At one point, after trying and failing to understand the definition of ‘potential’, Boy says to his father: “I’m nothing like you. I don’t have any potential.” This garners a laugh, it’s a straightforward gag, a child doesn’t understand the weight of their words. But it reveals a melancholy resting below the surface. Boy is a confused, vulnerable child, his name is a constant reminder. His father’s emotional immaturity only heightens his fantastical view of life that is always threatening to come crashing down. 

When it does, it surprises us. Boy’s hopeful view of the world and Waititi’s delicate writing cushions us, every piece of heartbreak is sandwiched between a witty remark and a wink at the camera. Waititi crafts a world where we do not necessarily feel bad for the characters when things go horribly wrong, but instead we continuously hope for their best. 

At the very end of the film, Boy, Rocky and Alamein visit a small graveyard situated in the middle of an otherwise desolate patch of grass. They sit around the boys’ mother’s grave. For the first time in the film, there’s a sense of togetherness; it is not sad, because of the death of their mother or the fact that their father was not all that they thought he was, but it is hopeful because at last they are together.

Boy captures what it’s like to be young and hopeful with ease. What could be misrepresented as childlike naivety is alternatively depicted here — through Boy, through Rocky, arguably even through their father — as optimism in its purest form. These characters don’t believe the problems in their lives will magically work themselves out. They are often caught in explosive arguments and deep pits of disappointment; beaten, bruised, and let down; yet they still persist. With every hurdle, Waititi’s characters find a new way to chase a happy ending.

A young boy with dark hair holding up a cardboard sign that reads "welcome home dad" in crayon letters. He stands in the middle of the road, with grassland behind him.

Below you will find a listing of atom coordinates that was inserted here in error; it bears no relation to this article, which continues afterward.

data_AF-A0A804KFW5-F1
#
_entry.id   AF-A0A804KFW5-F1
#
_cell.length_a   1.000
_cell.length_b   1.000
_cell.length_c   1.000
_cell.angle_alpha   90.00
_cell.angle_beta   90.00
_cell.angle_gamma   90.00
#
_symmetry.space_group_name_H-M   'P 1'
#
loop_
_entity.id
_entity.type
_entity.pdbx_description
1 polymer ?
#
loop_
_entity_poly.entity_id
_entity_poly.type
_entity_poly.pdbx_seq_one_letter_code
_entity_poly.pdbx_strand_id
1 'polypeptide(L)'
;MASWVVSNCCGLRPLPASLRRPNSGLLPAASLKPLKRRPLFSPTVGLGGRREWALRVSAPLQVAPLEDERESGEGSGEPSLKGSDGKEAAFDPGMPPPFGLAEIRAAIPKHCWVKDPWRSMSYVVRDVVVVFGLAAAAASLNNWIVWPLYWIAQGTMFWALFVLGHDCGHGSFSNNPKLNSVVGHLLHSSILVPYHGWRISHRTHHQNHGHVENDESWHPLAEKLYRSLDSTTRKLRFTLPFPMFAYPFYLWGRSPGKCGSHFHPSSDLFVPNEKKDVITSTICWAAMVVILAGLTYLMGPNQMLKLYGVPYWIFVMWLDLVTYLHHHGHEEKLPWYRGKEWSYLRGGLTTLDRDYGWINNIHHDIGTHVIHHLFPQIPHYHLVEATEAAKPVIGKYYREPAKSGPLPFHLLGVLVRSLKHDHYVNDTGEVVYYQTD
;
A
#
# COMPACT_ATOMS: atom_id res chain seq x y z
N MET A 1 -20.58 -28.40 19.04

Image courtesy of New Zealand Film Commission/NZ On Air

At the heart of Boy is a father-son tragedy gradually unfolding to reveal layers of deep-rooted issues. Waititi’s blending of light comedy with moments that punch you in the gut means it never feels too painful for too long. Even when Boy falls backwards off a bridge, closing his eyes and letting himself plummet into the murky water below, moments later he’s rescued by a warm character labelled affectionately by Rocky as “Weirdo”. What could be considered the film’s shortcoming (not letting dramatic moments fully play out), is what makes Waititi’s cinematic perspective comforting and unique; immersed in his writing, we feel safe.

All throughout Boy we are reminded that beneath the warm tone, there are difficult truths. Boy tells his classmates numerous times about his dad’s success, yet his father’s on screen failures are countless. Boy’s idealization of his father is less delusion and more a desperate attempt to hold onto the pure fatherly love he felt in the earliest years of his life; holding onto his childhood is all Boy knows. Waititi’s vision was an exploration of his own childhood enthusiasm and radiance. And whilst this clutching on to a nostalgic past is something that definitely adds to the hopeful tones of Boy, it’s the mutual understanding between father and sons that everyone has done their best,  in those final few moments, as they sit around the grave, that shows us there is hope in the future too. Boy is still a boy, and there’s so much ahead of him (not to mention the all-out post-credits musical tribute to Michael Jackson’s Thriller).